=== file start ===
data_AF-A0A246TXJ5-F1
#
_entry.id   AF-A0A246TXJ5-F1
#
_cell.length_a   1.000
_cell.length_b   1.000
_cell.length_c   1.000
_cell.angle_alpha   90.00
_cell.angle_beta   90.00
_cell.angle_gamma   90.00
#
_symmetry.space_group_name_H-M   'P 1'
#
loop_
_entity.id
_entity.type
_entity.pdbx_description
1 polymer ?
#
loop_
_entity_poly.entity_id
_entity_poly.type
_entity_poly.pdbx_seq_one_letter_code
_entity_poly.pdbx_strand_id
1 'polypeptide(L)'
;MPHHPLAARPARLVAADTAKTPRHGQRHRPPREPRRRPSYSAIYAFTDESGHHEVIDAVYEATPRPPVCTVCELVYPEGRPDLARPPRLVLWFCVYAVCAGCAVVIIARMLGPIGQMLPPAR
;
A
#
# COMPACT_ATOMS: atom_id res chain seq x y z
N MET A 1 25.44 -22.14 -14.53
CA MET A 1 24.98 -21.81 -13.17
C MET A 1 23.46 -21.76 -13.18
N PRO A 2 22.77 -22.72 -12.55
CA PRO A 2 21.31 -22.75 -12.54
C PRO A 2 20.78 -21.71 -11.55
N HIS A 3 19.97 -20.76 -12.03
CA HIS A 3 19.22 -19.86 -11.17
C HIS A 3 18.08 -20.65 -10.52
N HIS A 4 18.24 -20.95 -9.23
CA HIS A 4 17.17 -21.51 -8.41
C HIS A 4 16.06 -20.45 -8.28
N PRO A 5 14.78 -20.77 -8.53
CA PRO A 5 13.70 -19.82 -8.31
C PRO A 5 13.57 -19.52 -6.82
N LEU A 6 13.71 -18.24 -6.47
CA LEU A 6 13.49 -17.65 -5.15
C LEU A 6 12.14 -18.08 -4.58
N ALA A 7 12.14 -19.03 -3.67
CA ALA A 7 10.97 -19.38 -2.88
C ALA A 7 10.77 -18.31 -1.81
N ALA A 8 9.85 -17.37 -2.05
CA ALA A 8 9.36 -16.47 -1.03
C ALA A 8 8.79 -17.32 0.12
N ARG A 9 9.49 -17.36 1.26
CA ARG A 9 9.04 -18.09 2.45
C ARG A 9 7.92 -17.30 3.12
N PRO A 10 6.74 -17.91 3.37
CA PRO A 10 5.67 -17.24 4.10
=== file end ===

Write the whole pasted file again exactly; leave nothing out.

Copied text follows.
data_AF-A0A246TXJ5-F1
#
_entry.id   AF-A0A246TXJ5-F1
#
_cell.length_a   1.000
_cell.length_b   1.000
_cell.length_c   1.000
_cell.angle_alpha   90.00
_cell.angle_beta   90.00
_cell.angle_gamma   90.00
#
_symmetry.space_group_name_H-M   'P 1'
#
loop_
_entity.id
_entity.type
_entity.pdbx_description
1 polymer ?
#
loop_
_entity_poly.entity_id
_entity_poly.type
_entity_poly.pdbx_seq_one_letter_code
_entity_poly.pdbx_strand_id
1 'polypeptide(L)'
;MPHHPLAARPARLVAADTAKTPRHGQRHRPPREPRRRPSYSAIYAFTDESGHHEVIDAVYEATPRPPVCTVCELVYPEGRPDLARPPRLVLWFCVYAVCAGCAVVIIARMLGPIGQMLPPAR
;
A
#
# COMPACT_ATOMS: atom_id res chain seq x y z
N MET A 1 25.44 -22.14 -14.53
CA MET A 1 24.98 -21.81 -13.17
C MET A 1 23.46 -21.76 -13.18
N PRO A 2 22.77 -22.72 -12.55
CA PRO A 2 21.31 -22.75 -12.54
C PRO A 2 20.78 -21.71 -11.55
N HIS A 3 19.97 -20.76 -12.03
CA HIS A 3 19.22 -19.86 -11.17
C HIS A 3 18.08 -20.65 -10.52
N HIS A 4 18.24 -20.95 -9.23
CA HIS A 4 17.17 -21.51 -8.41
C HIS A 4 16.06 -20.45 -8.28
N PRO A 5 14.78 -20.77 -8.53
CA PRO A 5 13.70 -19.82 -8.31
C PRO A 5 13.57 -19.52 -6.82
N LEU A 6 13.71 -18.24 -6.47
CA LEU A 6 13.49 -17.65 -5.15
C LEU A 6 12.14 -18.08 -4.58
N ALA A 7 12.14 -19.03 -3.67
CA ALA A 7 10.97 -19.38 -2.88
C ALA A 7 10.77 -18.31 -1.81
N ALA A 8 9.85 -17.37 -2.05
CA ALA A 8 9.36 -16.47 -1.03
C ALA A 8 8.79 -17.32 0.12
N ARG A 9 9.49 -17.36 1.26
CA ARG A 9 9.04 -18.09 2.45
C ARG A 9 7.92 -17.30 3.12
N PRO A 10 6.74 -17.91 3.37
CA PRO A 10 5.67 -17.24 4.10